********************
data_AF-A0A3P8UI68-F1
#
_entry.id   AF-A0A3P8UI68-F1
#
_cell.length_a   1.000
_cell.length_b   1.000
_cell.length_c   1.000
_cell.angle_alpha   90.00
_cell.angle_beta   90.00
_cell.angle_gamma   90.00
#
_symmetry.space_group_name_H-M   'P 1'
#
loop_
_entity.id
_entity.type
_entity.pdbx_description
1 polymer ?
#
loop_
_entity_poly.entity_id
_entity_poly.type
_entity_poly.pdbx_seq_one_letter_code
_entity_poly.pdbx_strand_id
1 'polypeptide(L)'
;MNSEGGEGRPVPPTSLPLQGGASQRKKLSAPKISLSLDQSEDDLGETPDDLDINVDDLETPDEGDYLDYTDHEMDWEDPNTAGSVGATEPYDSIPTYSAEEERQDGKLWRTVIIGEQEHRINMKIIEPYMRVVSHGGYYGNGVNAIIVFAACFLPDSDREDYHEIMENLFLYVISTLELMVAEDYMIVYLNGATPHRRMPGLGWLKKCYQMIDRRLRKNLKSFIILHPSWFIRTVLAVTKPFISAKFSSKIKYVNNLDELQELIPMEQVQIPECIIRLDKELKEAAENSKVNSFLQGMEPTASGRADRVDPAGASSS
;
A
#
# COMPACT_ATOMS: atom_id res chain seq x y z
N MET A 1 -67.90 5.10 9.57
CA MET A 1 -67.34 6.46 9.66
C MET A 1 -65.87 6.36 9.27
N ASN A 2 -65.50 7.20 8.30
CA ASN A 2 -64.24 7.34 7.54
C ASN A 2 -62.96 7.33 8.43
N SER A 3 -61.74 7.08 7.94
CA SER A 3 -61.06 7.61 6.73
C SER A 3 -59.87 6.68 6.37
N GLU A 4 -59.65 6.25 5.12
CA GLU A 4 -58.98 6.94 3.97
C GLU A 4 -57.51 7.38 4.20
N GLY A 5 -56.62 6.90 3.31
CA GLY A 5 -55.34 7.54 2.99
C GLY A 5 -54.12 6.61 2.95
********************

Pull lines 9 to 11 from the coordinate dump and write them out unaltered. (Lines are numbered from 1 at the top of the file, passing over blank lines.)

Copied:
_cell.angle_beta   90.00
_cell.angle_gamma   90.00
#